In January 2019 natural history photographer Clay Bolt captured images of Wallace’s Giant Bee. Considered one of the 25 “most wanted lost” species by Global Wildlife Conservation’s Search for Lost Species initiative, Wallace’s Giant Bee hadn’t been seen in 38 years. Thirty eight years is a long time to miss Wallace’s 6 cm wingspan, science considered the species extinct. Bolt said –
“It was absolutely breathtaking to see this ‘flying bulldog’ of an insect that we weren’t sure existed anymore.
To see how beautiful and big the species is in real life, to hear the sound of its giant wings thrumming as it flew past my head, was just incredible.”
Discovered in 1858 on the Indonesian island of Bacan by British entomologist and namesake Alfred Russell Wallace (1823-1913), the last sighting of Wallace’s Giant Bee (Megachile pluto) occurred in 1981 when American entomologist Adam C. Messer documented six nests in Indonesia. Two specimens found in February and September of 2018 sold on eBay without a twinge of lost species conscience. Clay Bolt’s capture, imaging and release of a single female giant bee affirm the tenacity of waning species.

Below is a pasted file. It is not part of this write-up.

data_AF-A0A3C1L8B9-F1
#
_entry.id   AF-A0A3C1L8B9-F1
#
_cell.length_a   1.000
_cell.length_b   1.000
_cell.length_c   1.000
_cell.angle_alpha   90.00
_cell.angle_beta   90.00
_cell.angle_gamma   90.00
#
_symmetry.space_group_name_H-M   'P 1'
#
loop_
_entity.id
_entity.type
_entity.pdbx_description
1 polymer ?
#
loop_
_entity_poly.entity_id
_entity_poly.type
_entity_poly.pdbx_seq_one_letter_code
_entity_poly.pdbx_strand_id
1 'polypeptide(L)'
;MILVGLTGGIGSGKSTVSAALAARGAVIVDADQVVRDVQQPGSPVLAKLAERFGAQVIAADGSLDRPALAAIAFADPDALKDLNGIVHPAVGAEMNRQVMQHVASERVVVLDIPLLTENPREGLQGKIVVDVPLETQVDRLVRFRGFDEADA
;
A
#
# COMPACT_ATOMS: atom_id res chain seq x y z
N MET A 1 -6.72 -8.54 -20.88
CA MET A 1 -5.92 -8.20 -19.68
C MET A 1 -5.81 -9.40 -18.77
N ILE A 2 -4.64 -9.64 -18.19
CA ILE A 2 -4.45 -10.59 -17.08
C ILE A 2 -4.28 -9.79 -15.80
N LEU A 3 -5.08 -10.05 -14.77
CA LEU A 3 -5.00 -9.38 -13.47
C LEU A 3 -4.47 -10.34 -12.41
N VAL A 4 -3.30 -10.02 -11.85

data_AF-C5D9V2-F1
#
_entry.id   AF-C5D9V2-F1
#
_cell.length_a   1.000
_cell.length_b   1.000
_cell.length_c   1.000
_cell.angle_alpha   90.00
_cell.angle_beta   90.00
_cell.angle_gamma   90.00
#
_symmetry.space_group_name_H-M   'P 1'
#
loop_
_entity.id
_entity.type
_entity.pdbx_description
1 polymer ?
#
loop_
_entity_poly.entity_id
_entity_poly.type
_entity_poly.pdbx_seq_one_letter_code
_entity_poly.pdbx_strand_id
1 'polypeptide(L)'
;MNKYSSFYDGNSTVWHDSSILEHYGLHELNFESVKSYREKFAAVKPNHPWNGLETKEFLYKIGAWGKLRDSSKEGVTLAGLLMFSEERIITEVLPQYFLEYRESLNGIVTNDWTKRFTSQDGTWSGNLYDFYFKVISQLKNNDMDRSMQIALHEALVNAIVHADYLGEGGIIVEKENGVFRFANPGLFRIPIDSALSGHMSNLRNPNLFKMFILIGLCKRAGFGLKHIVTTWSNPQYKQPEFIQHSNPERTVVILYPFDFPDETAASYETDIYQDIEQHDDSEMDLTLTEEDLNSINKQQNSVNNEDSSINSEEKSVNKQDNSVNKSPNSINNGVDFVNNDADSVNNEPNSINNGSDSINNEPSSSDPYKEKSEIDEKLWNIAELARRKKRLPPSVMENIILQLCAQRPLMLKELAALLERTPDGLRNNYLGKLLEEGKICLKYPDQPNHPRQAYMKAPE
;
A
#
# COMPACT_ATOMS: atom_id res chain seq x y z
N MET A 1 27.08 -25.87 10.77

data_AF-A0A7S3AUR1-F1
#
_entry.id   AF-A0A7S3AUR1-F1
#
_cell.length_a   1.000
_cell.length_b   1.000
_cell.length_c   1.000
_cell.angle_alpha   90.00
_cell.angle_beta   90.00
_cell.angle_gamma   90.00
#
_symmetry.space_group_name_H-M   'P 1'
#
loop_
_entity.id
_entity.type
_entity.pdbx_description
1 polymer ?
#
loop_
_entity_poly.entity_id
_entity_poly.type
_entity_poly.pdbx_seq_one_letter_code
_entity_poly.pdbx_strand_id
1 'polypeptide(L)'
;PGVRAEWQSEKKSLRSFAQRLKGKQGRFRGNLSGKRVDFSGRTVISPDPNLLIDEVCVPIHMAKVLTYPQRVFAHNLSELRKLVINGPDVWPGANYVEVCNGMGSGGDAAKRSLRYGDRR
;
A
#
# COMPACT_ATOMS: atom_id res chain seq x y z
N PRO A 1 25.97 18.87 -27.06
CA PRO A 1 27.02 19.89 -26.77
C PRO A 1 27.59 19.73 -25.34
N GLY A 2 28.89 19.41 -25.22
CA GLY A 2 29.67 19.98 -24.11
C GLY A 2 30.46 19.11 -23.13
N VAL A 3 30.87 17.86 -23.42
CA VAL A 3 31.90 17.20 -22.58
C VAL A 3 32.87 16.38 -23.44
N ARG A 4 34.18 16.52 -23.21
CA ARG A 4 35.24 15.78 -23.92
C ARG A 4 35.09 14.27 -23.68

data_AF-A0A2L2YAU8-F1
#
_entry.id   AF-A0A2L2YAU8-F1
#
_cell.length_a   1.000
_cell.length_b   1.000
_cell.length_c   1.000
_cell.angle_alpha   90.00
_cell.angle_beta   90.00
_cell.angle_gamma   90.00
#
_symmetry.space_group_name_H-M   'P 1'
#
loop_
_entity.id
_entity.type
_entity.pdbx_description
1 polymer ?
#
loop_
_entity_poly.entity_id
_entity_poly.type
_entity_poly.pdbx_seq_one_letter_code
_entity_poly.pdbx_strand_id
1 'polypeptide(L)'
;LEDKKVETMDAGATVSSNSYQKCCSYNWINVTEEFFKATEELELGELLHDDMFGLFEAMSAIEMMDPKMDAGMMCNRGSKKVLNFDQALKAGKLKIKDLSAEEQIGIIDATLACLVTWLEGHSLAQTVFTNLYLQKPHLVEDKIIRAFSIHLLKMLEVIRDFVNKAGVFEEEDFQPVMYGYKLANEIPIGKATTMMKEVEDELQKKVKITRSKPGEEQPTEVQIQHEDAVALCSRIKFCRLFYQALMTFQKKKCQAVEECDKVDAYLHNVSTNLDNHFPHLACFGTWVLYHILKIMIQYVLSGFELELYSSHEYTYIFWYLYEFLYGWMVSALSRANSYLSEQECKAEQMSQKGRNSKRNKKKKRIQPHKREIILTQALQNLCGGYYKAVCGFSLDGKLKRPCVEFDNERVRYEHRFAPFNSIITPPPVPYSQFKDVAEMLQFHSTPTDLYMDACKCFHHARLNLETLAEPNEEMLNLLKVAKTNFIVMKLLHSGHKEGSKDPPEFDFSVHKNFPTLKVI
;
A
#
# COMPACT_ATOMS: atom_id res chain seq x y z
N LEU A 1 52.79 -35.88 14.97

Elusive Wallace behemoths build nests inside active tree dwelling termite colonies. With impressive jaws, females collect and spit out balls of tree resin, forming protective compartments within termite domain. Giant bees depend on low lying forests for resin and termite colonies. Little as we know about resin ball spitting tree dwelling termite colony squatter Indonesian giant bees, science begs us to realize how remarkable it is to photograph one.
Wallace’s giant bee dwarfs the common honey bee in size. Image © Clay Bolt/claybolt.com.